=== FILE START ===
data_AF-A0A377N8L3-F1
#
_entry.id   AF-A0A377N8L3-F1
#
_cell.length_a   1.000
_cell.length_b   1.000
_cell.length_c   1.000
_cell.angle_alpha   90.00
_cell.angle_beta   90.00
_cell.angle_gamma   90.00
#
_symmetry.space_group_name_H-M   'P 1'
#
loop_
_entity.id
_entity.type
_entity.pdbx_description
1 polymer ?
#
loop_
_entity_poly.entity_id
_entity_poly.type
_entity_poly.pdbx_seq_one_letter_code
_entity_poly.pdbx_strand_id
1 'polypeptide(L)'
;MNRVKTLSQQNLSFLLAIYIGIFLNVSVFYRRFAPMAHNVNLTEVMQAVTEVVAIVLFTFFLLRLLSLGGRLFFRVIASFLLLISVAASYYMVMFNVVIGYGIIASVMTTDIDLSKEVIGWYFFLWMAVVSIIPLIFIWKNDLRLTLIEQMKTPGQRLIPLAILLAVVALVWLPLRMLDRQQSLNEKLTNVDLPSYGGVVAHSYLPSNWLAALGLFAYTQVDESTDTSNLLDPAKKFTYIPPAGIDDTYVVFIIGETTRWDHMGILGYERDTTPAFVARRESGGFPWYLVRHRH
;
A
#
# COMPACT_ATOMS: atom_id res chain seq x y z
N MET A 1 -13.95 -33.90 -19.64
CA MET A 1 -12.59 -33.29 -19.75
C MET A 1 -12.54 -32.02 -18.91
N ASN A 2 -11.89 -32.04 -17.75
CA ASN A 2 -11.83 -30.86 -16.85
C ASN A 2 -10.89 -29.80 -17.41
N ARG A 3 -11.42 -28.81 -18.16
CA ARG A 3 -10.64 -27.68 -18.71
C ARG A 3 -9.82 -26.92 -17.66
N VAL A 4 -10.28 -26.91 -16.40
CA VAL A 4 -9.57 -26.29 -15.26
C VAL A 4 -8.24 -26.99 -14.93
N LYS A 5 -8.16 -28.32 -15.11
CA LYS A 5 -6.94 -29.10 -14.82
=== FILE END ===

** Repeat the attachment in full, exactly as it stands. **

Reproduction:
data_AF-A0A377N8L3-F1
#
_entry.id   AF-A0A377N8L3-F1
#
_cell.length_a   1.000
_cell.length_b   1.000
_cell.length_c   1.000
_cell.angle_alpha   90.00
_cell.angle_beta   90.00
_cell.angle_gamma   90.00
#
_symmetry.space_group_name_H-M   'P 1'
#
loop_
_entity.id
_entity.type
_entity.pdbx_description
1 polymer ?
#
loop_
_entity_poly.entity_id
_entity_poly.type
_entity_poly.pdbx_seq_one_letter_code
_entity_poly.pdbx_strand_id
1 'polypeptide(L)'
;MNRVKTLSQQNLSFLLAIYIGIFLNVSVFYRRFAPMAHNVNLTEVMQAVTEVVAIVLFTFFLLRLLSLGGRLFFRVIASFLLLISVAASYYMVMFNVVIGYGIIASVMTTDIDLSKEVIGWYFFLWMAVVSIIPLIFIWKNDLRLTLIEQMKTPGQRLIPLAILLAVVALVWLPLRMLDRQQSLNEKLTNVDLPSYGGVVAHSYLPSNWLAALGLFAYTQVDESTDTSNLLDPAKKFTYIPPAGIDDTYVVFIIGETTRWDHMGILGYERDTTPAFVARRESGGFPWYLVRHRH
;
A
#
# COMPACT_ATOMS: atom_id res chain seq x y z
N MET A 1 -13.95 -33.90 -19.64
CA MET A 1 -12.59 -33.29 -19.75
C MET A 1 -12.54 -32.02 -18.91
N ASN A 2 -11.89 -32.04 -17.75
CA ASN A 2 -11.83 -30.86 -16.85
C ASN A 2 -10.89 -29.80 -17.41
N ARG A 3 -11.42 -28.81 -18.16
CA ARG A 3 -10.64 -27.68 -18.71
C ARG A 3 -9.82 -26.92 -17.66
N VAL A 4 -10.28 -26.91 -16.40
CA VAL A 4 -9.57 -26.29 -15.26
C VAL A 4 -8.24 -26.99 -14.93
N LYS A 5 -8.16 -28.32 -15.11
CA LYS A 5 -6.94 -29.10 -14.82